There’s been some discussion in the media recently about how much time Australians spend on social networking sites. And that’s not just Gen Y and Gen X. One source estimated it at as much as one working day per week, with Facebook the most popular followed by LinkedIn and Instagram.
It’s also estimated that four out of five professionals in Australia are active on LinkedIn.
There’s no denying the power of social networking. And yet, call me old-fashioned, but I still believe the best way to build deep and lasting business relationships is face-to-face. Not to be confused with Facetime.
In fact I’d go so far as to say that these days, there’s an over-reliance on ‘virtual’ networking in general. Perhaps it’s symptomatic of the fast-paced world we live in, and our growing expectations of instant gratification.
I hope we’re not losing the art of culturing a business relationship for the long-term. And I hope we’re not losing the patience to engage with people even though we might not make a dollar on it straight away.
I’m the first to admit that business relationships didn’t come easily to me in the early days of my career. Over time, I’ve learnt some good lessons:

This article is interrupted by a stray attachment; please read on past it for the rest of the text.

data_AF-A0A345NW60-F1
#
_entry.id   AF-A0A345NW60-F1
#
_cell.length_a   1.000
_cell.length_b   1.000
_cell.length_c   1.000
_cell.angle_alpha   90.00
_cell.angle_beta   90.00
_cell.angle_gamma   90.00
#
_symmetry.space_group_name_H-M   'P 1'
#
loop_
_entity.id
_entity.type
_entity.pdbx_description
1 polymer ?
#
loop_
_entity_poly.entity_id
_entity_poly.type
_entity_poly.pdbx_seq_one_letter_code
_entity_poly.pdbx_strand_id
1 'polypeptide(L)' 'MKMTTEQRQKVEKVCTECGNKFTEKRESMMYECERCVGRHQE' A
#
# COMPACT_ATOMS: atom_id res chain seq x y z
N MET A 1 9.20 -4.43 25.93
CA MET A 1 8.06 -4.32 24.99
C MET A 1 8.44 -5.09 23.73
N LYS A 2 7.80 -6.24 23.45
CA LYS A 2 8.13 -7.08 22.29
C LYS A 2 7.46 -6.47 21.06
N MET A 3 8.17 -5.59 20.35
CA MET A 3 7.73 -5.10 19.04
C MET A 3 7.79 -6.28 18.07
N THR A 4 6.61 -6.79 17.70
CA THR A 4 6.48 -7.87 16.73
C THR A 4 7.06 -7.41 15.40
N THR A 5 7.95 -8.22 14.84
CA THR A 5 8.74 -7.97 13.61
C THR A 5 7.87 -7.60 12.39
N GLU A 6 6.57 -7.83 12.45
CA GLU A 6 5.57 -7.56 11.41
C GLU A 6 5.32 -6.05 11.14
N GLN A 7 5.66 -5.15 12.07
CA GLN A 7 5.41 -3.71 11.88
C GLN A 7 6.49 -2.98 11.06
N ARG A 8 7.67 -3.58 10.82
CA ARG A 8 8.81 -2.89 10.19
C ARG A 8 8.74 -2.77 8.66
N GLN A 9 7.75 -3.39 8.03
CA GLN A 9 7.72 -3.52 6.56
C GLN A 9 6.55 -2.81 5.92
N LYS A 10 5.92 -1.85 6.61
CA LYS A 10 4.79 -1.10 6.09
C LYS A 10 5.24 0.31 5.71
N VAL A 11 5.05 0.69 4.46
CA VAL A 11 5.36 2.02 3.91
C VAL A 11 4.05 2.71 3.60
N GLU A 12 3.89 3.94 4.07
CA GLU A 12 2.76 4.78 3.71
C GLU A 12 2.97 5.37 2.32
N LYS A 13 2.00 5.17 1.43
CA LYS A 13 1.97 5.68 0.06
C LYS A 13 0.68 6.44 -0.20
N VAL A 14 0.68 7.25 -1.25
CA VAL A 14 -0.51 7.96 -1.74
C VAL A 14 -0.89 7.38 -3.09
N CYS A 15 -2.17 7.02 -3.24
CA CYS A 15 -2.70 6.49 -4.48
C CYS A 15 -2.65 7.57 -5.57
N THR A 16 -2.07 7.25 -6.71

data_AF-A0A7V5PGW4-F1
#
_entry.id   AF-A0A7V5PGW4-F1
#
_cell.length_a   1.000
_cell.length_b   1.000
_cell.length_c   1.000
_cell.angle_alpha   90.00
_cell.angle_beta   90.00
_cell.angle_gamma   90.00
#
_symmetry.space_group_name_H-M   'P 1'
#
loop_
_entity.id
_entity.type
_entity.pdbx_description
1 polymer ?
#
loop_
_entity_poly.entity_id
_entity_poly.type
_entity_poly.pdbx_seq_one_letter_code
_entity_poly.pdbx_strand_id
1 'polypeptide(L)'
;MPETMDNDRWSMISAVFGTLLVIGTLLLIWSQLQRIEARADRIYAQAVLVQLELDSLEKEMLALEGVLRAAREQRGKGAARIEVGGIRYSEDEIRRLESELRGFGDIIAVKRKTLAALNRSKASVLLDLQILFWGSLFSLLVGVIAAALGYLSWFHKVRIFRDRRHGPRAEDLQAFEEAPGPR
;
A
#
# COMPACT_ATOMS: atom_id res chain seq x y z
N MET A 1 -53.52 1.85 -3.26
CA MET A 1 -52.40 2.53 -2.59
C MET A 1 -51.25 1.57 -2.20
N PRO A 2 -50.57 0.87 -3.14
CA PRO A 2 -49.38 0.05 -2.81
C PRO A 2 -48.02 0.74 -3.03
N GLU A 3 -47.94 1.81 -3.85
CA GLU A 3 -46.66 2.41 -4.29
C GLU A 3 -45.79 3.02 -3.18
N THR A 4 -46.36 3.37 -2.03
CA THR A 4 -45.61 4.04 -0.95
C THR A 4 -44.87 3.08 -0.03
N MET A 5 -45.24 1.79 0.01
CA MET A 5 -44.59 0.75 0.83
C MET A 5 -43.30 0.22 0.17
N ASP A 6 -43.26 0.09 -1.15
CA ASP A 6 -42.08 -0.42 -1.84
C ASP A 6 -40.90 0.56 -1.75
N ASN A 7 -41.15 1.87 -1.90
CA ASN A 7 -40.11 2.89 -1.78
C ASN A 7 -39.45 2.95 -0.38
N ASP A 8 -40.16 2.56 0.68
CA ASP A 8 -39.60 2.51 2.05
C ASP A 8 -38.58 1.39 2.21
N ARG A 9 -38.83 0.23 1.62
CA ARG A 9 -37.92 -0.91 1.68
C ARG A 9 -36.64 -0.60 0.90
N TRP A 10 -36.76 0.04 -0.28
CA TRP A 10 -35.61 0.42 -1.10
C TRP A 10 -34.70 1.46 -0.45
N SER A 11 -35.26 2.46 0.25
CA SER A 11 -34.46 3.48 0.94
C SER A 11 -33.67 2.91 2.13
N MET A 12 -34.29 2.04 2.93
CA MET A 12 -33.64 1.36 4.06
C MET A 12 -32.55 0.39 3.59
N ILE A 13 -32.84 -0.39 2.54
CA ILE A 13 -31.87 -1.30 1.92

The importance of personalising a business relationship, as opposed to having a personal relationship
The value of swapping business cards – while it seems like a fairly obvious thing to do, the trick is to maintain that early connection by following up later. To me, it’s an open invitation to re-connect – and not just when you’re looking to drum up new business. Why not just grab a coffee and get to know them better? You might see an opportunity you hadn’t even considered before.
It’s a marathon, not a sprint. That lesson has become clearer over the years, when I look around and see who’s still in business – and who’s not. It’s not necessarily who you might’ve expected when you first met.
Social networking is here to stay, and it’s an important part of doing business in today’s world. But don’t underestimate the power of face-to-face contact to take your relationships to the next level – and keep them there.
Feature Image:Copyright: djoronimo / 123RF Stock Photo